Dentinal Hypersensitivity: Most Prescribed Treatments for Management [Multicenter Trial]

This study was originally published in the Journal of American Dental Association, Oct 2017, Vol 148, Issue 1.

In the practice of dentistry, dentinal hypersensitivity (DH) is one of the more common problems that dentists encounter. It has a prevalence ranging from 8 to 57% in patients. One of the suspected causes for such a wide range is the difference in methods used to diagnose the condition. Dentinal hypersensitivity can be defined as a short, sharp pain caused as a response to stimuli of the following nature:

  • Thermal
  • Evaporative
  • Tactile
  • Osmotic
  • Chemical

While patients most commonly experience sensitivity as a reaction to cold stimuli, the pain can also occur when acidic, sweet, or salty foods are consumed. Some patients also complain of pain while brushing or touching the sensitive area. Moreover, it was observed that tooth sensitivity is most prevalent in adults between the ages of 30 to 40 years. It is also more commonly seen among female patients.

The most commonly affected teeth by DH were the upper molars. Higher levels of sensitivity were reported in patients who smoked or suffered from periodontal disease. While DH has been studied in practice-based research settings, many differences in the methods used to diagnose and treat were noticed.

Hence, this study was conducted to identify the preferred methods for the diagnosis and treatment of DH.


A questionnaire was used to determine the diagnostic methods, treatment modalities, and predisposing factors of DH. For this study, the answers of 185 National Dental Practice-Based Research Network clinicians were used.

As a preliminary pilot test, the questionnaire was sent to six practitioners for the assessment of its length, acceptability, and browser compatibility. Upon receiving the feedback, the questionnaire was modified and sent to 24 additional practitioners.

Now, the agreement between each response was calculated. If there were no responses for an item at both tests, that item was excluded from the evaluation. The percentage agreement was calculated as:

Number of items with the same responses ÷ Number of items for which a response was provided × 100

For the practitioner-level agreement values, the descriptive statistics were calculated with the minimum and maximum agreement being 45.65% and 100%, respectively. No further changes were made to the questionnaire after the testing process.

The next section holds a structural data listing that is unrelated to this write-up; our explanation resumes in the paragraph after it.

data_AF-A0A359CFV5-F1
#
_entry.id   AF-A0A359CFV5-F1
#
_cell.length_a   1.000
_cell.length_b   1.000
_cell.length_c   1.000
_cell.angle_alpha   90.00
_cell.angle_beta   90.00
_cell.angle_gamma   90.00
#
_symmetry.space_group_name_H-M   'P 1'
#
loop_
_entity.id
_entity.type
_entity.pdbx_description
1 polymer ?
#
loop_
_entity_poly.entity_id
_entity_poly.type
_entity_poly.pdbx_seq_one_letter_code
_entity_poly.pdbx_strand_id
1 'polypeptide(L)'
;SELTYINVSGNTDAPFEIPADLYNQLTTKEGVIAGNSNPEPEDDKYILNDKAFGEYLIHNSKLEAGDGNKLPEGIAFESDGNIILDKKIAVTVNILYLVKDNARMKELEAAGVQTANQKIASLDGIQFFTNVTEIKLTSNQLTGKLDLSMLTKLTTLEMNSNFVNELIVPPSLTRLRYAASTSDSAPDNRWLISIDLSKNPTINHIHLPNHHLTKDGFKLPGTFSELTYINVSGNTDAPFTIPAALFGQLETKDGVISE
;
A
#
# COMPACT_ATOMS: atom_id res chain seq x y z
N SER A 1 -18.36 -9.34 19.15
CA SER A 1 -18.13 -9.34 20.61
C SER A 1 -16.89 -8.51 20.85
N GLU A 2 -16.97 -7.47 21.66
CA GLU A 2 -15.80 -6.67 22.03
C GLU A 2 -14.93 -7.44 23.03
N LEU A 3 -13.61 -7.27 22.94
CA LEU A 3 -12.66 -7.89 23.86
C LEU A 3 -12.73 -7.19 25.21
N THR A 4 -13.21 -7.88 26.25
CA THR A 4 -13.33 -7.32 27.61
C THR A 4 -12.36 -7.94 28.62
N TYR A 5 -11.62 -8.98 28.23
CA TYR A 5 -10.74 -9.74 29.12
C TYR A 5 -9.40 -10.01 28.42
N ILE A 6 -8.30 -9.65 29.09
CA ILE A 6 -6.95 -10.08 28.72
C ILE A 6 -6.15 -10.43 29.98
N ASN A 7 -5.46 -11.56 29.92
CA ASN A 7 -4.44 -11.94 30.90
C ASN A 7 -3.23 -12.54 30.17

To explore the characteristics related to the practitioners’ treatment and approaches to dentinal hypersensitivity, an enrollment questionnaire was also sent. This questionnaire described the characteristics of the practitioner as well as their practice.

Once the training for necessary human subjects and conflict of interest was completed, all 185 practitioners were considered study-ready.

Statistical Analysis

The considerations for the sample size were based on the precision of the estimation of percentages. After adjusting for the effect of clustered sampling, this was represented by 95% confidence intervals. Variance inflation was calculated for a range of likely values of intracluster correlation for the adjustment. The treatment modalities were estimated on the basis of cluster-adjusted chi-square tests.

As per this analysis, a target sample size was set at 180 practitioners. The descriptive statistics calculated include:

  • Frequencies
  • Means
  • Medians
  • Standard deviations
  • Quartiles

To compare the distribution of categorical variables, chi-square and Fisher’s exact tests were employed. As for the analysis of continuous variables, analysis of variance and the Kruskal-Wallis test was used. While Tukey and Wilcoxon rank sums tests were utilized for post-hoc comparisons.


Diagnosis of Dentin Hypersensitivity

Out of the 180 practitioners surveyed, the first choice for diagnosis of DH was as follows:

  • 48% chose spontaneous patient report confirmed by dental examination
  • 26% chose air blasting
  • 12% chose to scratch the dentin with a dental explorer
  • 6% referred patient report post dentist’s query
  • 4% used other methods
  • 2% applied cold water

Treatment Modalities

In order to manage dentinal hypersensitivity,

  • 97% practitioners prescribed fluoride formulations
  • 94% prescribed over-the-counter potassium nitrate toothpastes
  • 42% used glutaraldehyde/HEMA products
  • 52% routinely used bonding agents
  • 64% prescribed restorative treatments

Predisposing Factors

The following predisposing factors for tooth sensitivity were reported by the practitioners:

  • Recessed gingiva: 66%
  • Abrasion, erosion, abfraction and/or attrition lesions: 59%
  • Bruxism: 32%
  • Excessive tooth whitening: 17%
  • Frequent consumption of citrus juices and carbonated drinks: 15%


The study concluded that most of the network practitioners have a varied approach to the management and treatment of DH. However, desensitizing OTC potassium nitrate toothpaste and fluoride formulations are the most frequently prescribed products for managing DH. It was also noticed that the most likely causes that contribute to sensitivity is recessed gingiva, followed by enamel erosion, abfraction lesions, and bruxism.

To read the full study, click here.


  • Consensus-based recommendations for the diagnosis and management of dentin hypersensitivity. Canadian Advisory Board on Dentin Hypersensitivity. J Can Dent Assoc. 2003 Apr; 69(4):221-6.
  • Rees JS, Addy M. A cross-sectional study of dentine hypersensitivity. J Clin Periodontol. 2002;29:997–1003. doi: 10.1034/j.1600-051X.2002.291104.x.


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